This is a response to the scores of inquiries from educators about the capacity of our lending system and the scale needed to meet classroom demands because of the closures. Working with librarians in Boston area, led by Tom Blake of Boston Public Library, who gathered course reserves and reading lists from college and school libraries, we determined which of those books the Internet Archive had already digitized.  Through that work we quickly realized that our lending library wasn’t going to scale to meet the needs of a global community of displaced learners. To make a real difference for the nation and the world, we would have to take a bigger step.[]

World War II’s Strangest Bombing Mission (Air & Space)

The RAF knew how to cut the power on propaganda.

eichsmarschall Hermann Göring was beside himself with anger. Years before, he had told the people of Germany that no enemy aircraft would ever cross the country’s borders. Now, on January 30, 1943, a national day of celebration marking the 10th anniversary of Hitler’s rise to power, Göring was made to look like a buffoon.

Dodging in and out of slate gray clouds, Royal Air Force bombers from No. 105 Squadron howled across Berlin. With bomb doors open and Merlin engines at their limits, the wail from a trio of de Havilland Mosquitos mixed with blasts from anti-aircraft batteries below. If everything went as planned, all that noise was going to be on the radio.

In Berlin, amid the grim news from the battlefronts in North Africa and Stalingrad, the January 30 celebration was intended to take German minds off their fallen soldiers and reversals of fortune. The Nazis were going to have a parade. Göring, one of the most powerful figures in the National Socialist German Workers’ Party, was about to deliver a speech to kick off the opening ceremonies in the capital city. British operatives knew it all. They even found out what time the Luftwaffe commandant was due to step to the podium at the Air Ministry Building—exactly 1100.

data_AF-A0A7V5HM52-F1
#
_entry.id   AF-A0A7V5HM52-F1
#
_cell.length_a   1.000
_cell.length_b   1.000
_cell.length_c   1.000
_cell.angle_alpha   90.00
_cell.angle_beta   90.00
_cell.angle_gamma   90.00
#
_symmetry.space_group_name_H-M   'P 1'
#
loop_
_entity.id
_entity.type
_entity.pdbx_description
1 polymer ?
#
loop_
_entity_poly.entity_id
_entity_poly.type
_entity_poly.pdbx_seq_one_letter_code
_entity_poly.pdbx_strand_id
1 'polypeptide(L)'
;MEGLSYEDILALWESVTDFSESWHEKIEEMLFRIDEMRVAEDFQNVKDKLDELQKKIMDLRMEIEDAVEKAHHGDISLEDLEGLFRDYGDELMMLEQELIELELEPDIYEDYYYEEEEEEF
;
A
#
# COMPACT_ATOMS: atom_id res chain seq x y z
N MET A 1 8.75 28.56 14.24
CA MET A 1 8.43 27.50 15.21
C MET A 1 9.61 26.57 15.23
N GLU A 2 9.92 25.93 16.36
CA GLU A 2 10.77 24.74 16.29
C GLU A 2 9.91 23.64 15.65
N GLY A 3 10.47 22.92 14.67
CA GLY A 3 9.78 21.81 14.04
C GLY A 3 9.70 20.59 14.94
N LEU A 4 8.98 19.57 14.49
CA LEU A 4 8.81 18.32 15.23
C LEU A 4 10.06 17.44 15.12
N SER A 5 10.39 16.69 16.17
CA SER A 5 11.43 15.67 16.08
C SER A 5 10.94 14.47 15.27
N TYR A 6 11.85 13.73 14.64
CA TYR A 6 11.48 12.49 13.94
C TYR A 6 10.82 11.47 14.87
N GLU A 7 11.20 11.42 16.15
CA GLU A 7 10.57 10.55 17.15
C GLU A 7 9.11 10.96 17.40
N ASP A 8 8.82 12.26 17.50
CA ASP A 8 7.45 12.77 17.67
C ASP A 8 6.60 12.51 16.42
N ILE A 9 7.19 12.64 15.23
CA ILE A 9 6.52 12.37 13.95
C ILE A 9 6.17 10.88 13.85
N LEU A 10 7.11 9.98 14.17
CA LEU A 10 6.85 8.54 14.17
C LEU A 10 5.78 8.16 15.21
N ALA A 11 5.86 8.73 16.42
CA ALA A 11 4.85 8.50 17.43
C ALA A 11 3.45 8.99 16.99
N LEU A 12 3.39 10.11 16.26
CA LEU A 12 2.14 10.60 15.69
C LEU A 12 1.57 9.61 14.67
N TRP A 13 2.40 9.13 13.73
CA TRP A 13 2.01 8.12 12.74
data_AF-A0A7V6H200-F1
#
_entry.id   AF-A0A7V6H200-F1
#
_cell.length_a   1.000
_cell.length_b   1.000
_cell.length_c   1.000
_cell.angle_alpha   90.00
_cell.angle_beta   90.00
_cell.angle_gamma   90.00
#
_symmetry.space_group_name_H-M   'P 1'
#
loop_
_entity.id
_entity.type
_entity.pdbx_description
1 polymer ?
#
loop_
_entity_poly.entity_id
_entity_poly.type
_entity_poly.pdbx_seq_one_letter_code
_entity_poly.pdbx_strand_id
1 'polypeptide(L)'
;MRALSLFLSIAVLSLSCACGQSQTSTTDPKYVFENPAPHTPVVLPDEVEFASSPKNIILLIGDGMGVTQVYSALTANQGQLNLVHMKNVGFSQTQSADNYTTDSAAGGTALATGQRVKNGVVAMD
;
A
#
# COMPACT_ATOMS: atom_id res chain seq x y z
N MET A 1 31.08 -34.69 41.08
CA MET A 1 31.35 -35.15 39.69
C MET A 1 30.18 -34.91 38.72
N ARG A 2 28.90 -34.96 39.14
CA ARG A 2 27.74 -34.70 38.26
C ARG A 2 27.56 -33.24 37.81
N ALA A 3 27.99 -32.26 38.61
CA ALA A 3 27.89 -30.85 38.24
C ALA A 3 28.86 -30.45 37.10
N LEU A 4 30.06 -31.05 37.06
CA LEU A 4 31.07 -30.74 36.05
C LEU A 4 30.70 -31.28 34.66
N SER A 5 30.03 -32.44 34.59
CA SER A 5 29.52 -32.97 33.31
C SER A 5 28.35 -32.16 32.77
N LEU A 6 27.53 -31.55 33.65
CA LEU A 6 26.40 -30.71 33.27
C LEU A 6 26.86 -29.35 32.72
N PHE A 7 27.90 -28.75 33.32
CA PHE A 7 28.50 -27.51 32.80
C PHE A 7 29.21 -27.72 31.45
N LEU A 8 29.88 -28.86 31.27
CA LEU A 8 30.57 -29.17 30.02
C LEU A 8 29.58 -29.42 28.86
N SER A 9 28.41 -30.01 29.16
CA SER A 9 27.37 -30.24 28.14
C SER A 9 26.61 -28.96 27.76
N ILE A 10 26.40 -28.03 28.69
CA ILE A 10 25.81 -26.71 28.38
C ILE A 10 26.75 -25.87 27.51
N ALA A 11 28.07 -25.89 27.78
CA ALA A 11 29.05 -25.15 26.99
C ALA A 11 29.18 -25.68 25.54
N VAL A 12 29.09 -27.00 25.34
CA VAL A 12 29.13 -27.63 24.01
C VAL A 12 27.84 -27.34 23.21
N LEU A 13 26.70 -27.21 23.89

Royal Air Force leaders had dispatched orders to a pair of Mosquito squadrons experienced in low-level attacks. “I was playing [cards] in the crew room when my driver first told me we were going on an op,” Sergeant Richard Charles “Lofty” Fletcher later told reporters. “I must admit I was a bit shattered when I found out it was Berlin.”

The 400-mph Mosquitos were undertaking the RAF’s first daylight bombing attack on Germany’s largest city. Their target was not the parade route or even the Reichsmarschall himself, but something bigger. It didn’t take a top-level English spy to figure out that Göring’s remarks would be transmitted to the far corners of the Third Reich. The bombers banked and streaked towards Berlin’s Haus des Rundfunks—the headquarters building of the German State broadcasting company.

Göring and the radio building were slightly more than four miles apart—a distance that the Mosquitos could cover, going all-out, in roughly 40 seconds. And the cacophony they brought with them traveled even faster. As the mics went live and Göring began to speak, the roar of impending catastrophe became audible over the radio.[]


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The Sporty’s Air Scan II has a unique “Aviation Interrupt” feature